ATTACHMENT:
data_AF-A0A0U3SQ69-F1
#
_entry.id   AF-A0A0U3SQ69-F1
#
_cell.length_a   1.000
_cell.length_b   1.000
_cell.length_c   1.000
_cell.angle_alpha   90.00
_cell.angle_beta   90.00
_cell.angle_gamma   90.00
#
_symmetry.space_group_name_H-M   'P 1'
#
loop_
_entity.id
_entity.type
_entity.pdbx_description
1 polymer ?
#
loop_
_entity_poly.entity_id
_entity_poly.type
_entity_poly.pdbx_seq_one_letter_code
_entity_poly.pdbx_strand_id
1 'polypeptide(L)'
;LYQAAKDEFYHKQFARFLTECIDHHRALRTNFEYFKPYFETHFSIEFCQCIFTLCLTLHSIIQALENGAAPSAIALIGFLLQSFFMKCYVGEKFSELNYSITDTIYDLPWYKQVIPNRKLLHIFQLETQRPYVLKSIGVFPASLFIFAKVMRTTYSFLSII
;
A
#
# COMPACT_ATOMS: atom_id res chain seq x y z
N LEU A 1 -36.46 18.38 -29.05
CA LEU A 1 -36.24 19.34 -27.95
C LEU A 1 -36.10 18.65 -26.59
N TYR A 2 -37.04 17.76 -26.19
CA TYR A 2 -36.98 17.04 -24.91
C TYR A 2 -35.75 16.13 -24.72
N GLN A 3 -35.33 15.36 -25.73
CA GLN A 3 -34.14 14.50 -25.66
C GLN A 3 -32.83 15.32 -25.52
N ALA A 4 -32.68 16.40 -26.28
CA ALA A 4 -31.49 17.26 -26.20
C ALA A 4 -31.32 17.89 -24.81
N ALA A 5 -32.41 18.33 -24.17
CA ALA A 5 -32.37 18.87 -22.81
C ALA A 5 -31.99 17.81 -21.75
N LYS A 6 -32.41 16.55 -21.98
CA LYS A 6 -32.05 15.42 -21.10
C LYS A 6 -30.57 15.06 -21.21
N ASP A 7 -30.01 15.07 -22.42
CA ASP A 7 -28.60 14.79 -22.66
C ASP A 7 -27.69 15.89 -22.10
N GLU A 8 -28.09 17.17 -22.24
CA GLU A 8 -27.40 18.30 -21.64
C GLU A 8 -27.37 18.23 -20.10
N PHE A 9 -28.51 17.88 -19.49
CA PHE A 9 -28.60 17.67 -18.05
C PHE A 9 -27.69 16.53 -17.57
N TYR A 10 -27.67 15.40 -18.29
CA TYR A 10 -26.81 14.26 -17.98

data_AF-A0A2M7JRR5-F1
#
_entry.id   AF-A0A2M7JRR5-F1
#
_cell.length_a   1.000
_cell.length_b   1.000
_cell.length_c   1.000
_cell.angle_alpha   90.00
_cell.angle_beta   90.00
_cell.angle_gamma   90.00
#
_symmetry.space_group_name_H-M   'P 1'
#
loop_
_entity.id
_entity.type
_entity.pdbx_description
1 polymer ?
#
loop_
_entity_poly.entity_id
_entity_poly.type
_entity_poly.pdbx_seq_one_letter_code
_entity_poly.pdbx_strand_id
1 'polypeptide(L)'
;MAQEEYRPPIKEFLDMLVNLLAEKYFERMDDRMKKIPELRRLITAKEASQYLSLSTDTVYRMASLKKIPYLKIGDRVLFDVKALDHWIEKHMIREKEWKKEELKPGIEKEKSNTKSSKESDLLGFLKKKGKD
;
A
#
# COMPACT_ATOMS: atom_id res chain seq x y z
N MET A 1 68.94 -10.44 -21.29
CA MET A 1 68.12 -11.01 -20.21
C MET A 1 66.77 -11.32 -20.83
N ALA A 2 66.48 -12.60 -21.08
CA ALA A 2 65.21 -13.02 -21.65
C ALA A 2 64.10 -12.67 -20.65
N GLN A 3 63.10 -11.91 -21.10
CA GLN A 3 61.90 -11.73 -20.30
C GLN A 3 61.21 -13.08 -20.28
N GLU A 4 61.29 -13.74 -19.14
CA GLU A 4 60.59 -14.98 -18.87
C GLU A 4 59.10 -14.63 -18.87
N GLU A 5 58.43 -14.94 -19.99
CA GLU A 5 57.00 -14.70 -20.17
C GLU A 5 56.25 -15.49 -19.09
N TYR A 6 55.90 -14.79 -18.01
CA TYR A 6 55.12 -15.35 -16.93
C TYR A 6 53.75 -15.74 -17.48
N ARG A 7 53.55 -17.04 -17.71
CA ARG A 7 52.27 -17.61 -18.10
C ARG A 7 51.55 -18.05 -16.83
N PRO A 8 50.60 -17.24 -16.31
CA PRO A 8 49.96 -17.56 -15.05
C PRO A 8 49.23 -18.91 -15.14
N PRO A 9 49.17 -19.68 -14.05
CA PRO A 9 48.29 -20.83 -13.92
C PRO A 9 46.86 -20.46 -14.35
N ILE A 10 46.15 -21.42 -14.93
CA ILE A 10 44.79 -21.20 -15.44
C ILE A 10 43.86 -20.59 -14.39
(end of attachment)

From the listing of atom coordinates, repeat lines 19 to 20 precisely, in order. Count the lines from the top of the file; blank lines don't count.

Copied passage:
#
loop_